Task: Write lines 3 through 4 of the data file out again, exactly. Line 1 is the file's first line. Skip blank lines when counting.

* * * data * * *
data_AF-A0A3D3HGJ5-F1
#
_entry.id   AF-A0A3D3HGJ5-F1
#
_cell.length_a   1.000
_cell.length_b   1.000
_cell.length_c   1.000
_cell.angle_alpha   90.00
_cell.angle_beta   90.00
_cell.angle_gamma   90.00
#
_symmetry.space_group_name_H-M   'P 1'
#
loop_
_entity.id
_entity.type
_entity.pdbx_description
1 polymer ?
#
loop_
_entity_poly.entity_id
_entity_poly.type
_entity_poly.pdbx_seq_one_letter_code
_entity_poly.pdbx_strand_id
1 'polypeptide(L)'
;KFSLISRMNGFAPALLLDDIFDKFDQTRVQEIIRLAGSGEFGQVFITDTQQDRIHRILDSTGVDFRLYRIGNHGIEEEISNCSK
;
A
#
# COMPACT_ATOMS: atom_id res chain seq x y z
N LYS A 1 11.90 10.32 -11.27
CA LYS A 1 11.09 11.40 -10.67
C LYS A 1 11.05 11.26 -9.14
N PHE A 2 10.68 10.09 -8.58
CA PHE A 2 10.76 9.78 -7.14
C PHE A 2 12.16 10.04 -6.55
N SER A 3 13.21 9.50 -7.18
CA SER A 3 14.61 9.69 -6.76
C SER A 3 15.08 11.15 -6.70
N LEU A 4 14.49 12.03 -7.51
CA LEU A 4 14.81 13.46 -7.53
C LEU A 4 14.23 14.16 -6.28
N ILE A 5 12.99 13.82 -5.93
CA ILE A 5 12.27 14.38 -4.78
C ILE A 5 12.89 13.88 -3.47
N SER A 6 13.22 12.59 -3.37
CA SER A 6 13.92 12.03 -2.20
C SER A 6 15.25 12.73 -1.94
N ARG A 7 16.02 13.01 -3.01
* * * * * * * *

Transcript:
_entry.id   AF-A0A3D3HGJ5-F1
#